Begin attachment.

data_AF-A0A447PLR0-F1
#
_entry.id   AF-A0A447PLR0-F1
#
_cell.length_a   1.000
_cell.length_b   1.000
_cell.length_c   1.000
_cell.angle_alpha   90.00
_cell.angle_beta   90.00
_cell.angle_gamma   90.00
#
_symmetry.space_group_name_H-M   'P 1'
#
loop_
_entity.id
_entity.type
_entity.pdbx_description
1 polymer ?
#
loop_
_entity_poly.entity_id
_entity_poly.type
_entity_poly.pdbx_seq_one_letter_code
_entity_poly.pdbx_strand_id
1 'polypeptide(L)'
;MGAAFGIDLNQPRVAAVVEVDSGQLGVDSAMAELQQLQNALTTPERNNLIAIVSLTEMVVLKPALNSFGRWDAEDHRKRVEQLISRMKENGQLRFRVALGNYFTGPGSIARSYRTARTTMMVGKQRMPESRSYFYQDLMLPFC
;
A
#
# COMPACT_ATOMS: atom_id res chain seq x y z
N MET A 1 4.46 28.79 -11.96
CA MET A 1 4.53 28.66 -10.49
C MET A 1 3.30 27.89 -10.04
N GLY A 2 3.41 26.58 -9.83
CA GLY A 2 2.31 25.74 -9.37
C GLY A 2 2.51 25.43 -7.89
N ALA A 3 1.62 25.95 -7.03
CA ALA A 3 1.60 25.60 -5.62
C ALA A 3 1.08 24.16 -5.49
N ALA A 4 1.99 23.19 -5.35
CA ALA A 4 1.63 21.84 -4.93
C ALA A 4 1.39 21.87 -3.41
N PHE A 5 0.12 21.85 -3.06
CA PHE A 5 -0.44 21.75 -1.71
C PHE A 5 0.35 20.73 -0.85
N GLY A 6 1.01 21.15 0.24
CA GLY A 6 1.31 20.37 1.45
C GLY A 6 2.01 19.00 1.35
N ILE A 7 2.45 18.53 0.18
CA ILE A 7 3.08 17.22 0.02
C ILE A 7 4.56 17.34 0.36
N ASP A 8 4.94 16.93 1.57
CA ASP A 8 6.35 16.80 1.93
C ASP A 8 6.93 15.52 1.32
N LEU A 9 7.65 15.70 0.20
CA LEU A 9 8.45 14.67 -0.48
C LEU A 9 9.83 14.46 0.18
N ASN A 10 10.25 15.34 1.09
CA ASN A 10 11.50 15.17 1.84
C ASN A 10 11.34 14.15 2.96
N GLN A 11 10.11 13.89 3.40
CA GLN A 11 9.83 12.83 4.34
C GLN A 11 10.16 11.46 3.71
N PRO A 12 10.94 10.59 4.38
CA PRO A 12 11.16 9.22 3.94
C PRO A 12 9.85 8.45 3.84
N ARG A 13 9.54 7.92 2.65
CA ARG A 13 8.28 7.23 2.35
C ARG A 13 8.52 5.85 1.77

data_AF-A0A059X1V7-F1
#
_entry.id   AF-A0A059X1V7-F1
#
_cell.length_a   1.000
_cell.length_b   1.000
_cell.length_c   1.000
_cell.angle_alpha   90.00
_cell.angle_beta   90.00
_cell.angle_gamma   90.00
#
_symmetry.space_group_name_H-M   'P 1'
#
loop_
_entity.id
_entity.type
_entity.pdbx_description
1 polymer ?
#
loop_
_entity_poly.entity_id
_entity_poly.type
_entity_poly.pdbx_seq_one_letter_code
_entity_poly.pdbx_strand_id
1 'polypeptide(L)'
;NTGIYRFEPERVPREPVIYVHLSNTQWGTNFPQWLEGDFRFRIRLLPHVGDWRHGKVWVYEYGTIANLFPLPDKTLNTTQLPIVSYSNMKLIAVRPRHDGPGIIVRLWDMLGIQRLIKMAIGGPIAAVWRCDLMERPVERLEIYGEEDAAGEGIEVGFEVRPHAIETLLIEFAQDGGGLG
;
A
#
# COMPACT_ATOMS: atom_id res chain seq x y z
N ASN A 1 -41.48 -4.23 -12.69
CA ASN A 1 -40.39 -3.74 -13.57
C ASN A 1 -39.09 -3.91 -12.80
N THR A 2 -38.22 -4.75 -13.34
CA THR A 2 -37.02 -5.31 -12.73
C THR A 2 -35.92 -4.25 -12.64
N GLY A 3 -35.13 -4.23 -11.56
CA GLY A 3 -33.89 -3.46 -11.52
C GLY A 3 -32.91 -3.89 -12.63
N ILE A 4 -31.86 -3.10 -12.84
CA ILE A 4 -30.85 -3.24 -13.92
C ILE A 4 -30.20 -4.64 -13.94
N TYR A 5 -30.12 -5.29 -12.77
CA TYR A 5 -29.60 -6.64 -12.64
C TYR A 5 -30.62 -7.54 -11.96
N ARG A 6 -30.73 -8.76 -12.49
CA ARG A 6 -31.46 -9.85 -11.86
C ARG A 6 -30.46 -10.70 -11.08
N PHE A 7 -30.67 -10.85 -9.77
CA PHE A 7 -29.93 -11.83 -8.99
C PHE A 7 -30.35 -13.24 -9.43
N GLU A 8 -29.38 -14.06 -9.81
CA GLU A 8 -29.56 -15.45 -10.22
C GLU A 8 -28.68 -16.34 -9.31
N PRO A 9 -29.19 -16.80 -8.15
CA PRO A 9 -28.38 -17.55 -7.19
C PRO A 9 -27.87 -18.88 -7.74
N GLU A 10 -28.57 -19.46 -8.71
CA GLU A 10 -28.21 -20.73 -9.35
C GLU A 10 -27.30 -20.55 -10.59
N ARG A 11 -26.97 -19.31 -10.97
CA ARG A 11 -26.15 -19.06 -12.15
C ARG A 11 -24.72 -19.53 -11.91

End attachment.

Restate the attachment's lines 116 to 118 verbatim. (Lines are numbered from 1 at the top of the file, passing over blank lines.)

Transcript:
CA ARG A 6 -31.46 -9.85 -11.86
C ARG A 6 -30.46 -10.70 -11.08
N PHE A 7 -30.67 -10.85 -9.77